Tennis: When the loneliest place in the world is Centre Court

By Antoinette Muller 8 July 2013

Both of Wimbledon’s finals over the weekend were knitted with emotion. Sabine Lisicki couldn’t hold back her tears, and Andy Murray was beaming after bagging the trophy. It’s been an endearing tournament, but when the players are out on Centre Court, it seems there’s no place more lonely. By ANTOINETTE MULLER.

Two Wimbledon finals, two similar narratives. Both the finals at the All England Club over the weekend encompassed the loneliness of playing an individual sport. Even when the world’s eyeballs are fixed on you, when some of the most influential in the country are there to watch you – they can’t help you.

Those who fight it out on the sports battlefield might resent that loneliness, but for those who watch, it is different. The tears, frustration and eventually glory of Wimbledon over the past two weeks served as a wonderful reminder of why sport can be so great. It has been an enthralling few weeks, even for those with nothing more than a passing interest in tennis. Wimbledon has been trying to increase its accessibility, and for about R300, the regular pundit can get access to the grass bank. That won’t allow access to any of the fancy courts, but you can watch the game in the outdoors, on a bank with thousands of others.

The 2013 edition of Wimbledon has been the year of the underdog and upset. It’s been wrought with emotion and endearing in its simplicity. It all culminated over the weekend with the two finals, when emotions wrestled composure from some of the world’s best players.

On Saturday there was the match between Marion Bartoli and Sabine Lisicki. One, a valiant conqueror in her own right, having felled Serene Williams and scrapped her way to the final. The other, the contrast of what is perceived to be athletic.

Bartoli and Lisicki battled it out and it was the Frenchwoman who triumphed, efficiently and ruthlessly, as Lisicki combusted. Even with a 15,000-strong crowd behind her, Lisicki couldn’t have looked more lonely. Despite looking composed at the start, by the time the German was a set down and 1-3 down in the second, she started to unravel.

For somebody with a serve so powerful it set up Williams’ exit and a reputation for being headstrong, Lisicki got too swept up in the moment. By the time she was defeated, 6-1 6-4, she had gained some composure, but the tears came blooding back during the presentation. Even with all the support in the world, Lisicki had to fight that battle out on centre court on her own. She had to hold back her emotions on her ace. With a raging duel slipping away from her, she could look to those in the players’ box and acknowledge them with a nod, but she was still dead alone in the middle of the All England Club.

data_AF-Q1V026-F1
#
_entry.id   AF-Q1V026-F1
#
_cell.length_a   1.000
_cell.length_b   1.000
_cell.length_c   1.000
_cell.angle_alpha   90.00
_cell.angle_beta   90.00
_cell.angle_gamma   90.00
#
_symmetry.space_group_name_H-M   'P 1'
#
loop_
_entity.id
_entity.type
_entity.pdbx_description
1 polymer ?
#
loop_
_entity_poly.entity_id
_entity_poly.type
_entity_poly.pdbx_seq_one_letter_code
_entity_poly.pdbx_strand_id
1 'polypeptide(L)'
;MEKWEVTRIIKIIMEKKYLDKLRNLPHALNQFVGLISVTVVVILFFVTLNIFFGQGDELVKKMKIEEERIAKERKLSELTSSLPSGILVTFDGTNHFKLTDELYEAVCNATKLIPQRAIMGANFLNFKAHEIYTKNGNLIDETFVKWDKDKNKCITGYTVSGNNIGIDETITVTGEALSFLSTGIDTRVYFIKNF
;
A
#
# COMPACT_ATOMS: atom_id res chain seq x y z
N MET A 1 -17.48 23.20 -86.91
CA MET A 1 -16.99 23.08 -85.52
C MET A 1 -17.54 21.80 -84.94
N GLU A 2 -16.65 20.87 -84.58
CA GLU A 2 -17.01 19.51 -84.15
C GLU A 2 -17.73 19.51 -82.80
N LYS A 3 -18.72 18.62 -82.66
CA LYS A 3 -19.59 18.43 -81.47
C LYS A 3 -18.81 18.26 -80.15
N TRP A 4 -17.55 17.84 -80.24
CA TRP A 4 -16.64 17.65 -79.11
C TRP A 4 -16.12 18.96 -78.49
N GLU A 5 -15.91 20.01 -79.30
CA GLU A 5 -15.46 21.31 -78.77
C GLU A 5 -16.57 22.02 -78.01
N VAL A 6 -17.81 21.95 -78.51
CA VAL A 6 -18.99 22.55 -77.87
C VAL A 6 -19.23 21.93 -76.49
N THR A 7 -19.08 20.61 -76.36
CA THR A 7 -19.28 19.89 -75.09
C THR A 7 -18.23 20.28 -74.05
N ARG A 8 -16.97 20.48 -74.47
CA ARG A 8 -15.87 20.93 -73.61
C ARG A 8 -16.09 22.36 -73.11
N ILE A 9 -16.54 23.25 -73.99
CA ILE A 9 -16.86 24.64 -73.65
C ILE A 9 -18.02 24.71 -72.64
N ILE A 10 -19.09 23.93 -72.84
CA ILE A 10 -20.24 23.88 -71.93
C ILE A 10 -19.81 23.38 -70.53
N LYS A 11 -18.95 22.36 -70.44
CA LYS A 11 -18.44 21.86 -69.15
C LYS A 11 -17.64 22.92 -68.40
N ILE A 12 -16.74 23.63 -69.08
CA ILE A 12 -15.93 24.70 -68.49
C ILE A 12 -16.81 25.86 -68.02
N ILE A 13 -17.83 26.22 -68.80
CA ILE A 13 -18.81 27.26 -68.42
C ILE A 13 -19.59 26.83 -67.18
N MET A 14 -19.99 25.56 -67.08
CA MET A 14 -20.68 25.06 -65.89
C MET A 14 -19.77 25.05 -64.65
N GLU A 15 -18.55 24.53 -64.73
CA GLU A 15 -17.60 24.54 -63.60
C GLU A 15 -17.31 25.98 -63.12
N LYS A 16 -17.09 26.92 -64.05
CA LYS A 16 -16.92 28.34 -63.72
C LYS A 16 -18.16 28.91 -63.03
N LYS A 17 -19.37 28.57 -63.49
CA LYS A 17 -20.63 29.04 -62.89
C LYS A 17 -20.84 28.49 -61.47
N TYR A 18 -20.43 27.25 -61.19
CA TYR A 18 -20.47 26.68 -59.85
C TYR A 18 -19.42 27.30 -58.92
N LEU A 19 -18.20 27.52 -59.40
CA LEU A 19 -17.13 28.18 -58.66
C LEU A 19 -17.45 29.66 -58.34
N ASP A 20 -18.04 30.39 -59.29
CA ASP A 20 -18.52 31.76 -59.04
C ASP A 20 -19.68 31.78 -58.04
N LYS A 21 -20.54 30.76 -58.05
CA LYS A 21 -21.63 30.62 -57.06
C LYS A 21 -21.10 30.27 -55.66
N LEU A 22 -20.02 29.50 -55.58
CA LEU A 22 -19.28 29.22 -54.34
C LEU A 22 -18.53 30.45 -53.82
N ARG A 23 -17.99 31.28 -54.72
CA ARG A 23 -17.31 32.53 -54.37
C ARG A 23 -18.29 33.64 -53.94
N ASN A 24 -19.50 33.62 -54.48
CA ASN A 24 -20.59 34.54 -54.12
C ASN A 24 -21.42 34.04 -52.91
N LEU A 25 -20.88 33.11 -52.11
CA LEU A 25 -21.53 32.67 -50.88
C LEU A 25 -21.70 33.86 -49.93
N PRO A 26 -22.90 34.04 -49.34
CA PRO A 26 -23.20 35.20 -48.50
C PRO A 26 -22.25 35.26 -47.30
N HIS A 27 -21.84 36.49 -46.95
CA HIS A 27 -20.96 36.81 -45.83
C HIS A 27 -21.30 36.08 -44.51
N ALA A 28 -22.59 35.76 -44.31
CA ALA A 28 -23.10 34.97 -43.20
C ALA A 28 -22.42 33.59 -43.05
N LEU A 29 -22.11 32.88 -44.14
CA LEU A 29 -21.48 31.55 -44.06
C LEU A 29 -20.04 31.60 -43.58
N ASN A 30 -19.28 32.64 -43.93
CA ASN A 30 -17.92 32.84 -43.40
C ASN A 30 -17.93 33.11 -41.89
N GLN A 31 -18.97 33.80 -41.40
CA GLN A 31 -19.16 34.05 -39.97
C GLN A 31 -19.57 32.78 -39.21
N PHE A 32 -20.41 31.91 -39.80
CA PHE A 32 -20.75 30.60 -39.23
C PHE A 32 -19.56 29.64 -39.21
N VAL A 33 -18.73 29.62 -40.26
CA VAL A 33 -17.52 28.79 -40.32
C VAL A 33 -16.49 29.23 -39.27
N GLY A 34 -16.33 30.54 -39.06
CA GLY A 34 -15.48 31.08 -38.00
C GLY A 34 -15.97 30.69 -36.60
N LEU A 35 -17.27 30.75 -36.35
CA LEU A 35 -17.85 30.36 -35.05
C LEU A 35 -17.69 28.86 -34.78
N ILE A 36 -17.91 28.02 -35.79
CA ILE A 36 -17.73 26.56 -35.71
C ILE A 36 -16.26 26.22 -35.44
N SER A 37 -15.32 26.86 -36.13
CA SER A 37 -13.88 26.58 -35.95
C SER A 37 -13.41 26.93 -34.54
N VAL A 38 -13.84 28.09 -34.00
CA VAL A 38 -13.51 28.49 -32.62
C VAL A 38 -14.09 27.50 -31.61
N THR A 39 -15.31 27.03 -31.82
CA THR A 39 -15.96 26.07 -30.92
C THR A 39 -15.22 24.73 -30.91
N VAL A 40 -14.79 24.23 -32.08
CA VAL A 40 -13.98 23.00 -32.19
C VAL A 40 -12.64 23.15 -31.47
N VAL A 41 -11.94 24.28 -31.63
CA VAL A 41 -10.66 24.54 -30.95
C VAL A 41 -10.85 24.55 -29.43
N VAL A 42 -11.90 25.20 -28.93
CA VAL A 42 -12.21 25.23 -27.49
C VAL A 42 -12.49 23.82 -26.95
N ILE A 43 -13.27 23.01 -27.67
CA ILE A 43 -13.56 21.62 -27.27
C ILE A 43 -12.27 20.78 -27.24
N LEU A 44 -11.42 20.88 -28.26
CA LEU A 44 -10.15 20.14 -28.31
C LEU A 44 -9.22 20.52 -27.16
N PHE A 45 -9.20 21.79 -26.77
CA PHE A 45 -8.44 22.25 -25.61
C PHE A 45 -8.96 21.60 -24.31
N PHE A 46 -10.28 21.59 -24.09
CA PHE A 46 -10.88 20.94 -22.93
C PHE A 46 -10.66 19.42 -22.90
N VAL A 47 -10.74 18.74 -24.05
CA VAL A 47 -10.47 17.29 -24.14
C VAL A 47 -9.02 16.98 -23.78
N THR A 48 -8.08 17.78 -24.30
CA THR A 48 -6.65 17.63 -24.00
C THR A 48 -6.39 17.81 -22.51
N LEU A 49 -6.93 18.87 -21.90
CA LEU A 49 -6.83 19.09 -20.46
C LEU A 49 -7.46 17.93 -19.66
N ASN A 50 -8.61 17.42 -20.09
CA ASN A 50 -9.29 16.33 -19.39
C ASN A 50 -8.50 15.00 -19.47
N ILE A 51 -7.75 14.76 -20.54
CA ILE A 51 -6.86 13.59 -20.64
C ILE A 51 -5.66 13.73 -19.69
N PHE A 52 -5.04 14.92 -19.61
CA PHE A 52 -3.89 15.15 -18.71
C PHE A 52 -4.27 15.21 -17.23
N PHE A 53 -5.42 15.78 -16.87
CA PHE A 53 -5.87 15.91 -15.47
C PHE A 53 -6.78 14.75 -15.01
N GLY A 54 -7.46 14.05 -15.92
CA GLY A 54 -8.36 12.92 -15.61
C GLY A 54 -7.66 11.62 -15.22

Similarly, on Sunday, when Andy Murray and Novak Djokovic battled it out on the grass court, their battle was desolate. Through slips, serves and sweltering heat, emotions often got the better of the two. Whether it was Djokovic moaning or Murray clenching some sort of body part, it was from-the-heart stuff.

Through the long rallies and being on the brink of a fight-back, both men had their ups and downs. Smiling isn’t really Murray’s forte, but there was a wry smile from the Scotsman when he cradled the trophy at the end. By the time he had got down on his knees, Murray had started to show some pent-up emotion. Beating Djokovic in three straight sets was a result very few could have predicted.

Momentum shifted like a pendulum, and the men’s frustration was always visible.

While sport has evolved to become far more than a spectacle, it still retains that in its essence. It is one of the many reasons why sport is so enthralling. It’s why, even when one cares or knows little about tennis, a contest like Wimbledon can be enchanting. Those with bodies chiseled to endure ,and achieve more than those sitting on the couch ever will, are entertainers on one of the world’s biggest stages. Their victories, especially when it’s by somebody who challenges our perceptions about what an athlete is – like Bartoli – can inspire generations. Similarly, the failures  makes them human.

Tennis has seen plenty of emotion in the last few years. Once upon a time, after losing to Roger Federer, Murray simply said:  “I can cry like you; pity I can’t play like you.”

That quote sums up the magic of sport. We might not be able to play like them, but boy, we can cry like them. DM

Photo: Marion Bartoli of France (L) holds her winners trophy, the Venus Rosewater Dish, after defeating Sabine Lisicki of Germany (R) in their women’s singles final tennis match at the Wimbledon Tennis Championships, in London July 6, 2013. REUTERS/Stefan Wermuth (L) and Andy Murray of Britain (R) embraces Novak Djokovic of Serbia after defeating him in their men’s singles final tennis match at the Wimbledon Tennis Championships, in London July 7, 2013. REUTERS/Stefan Wermuth


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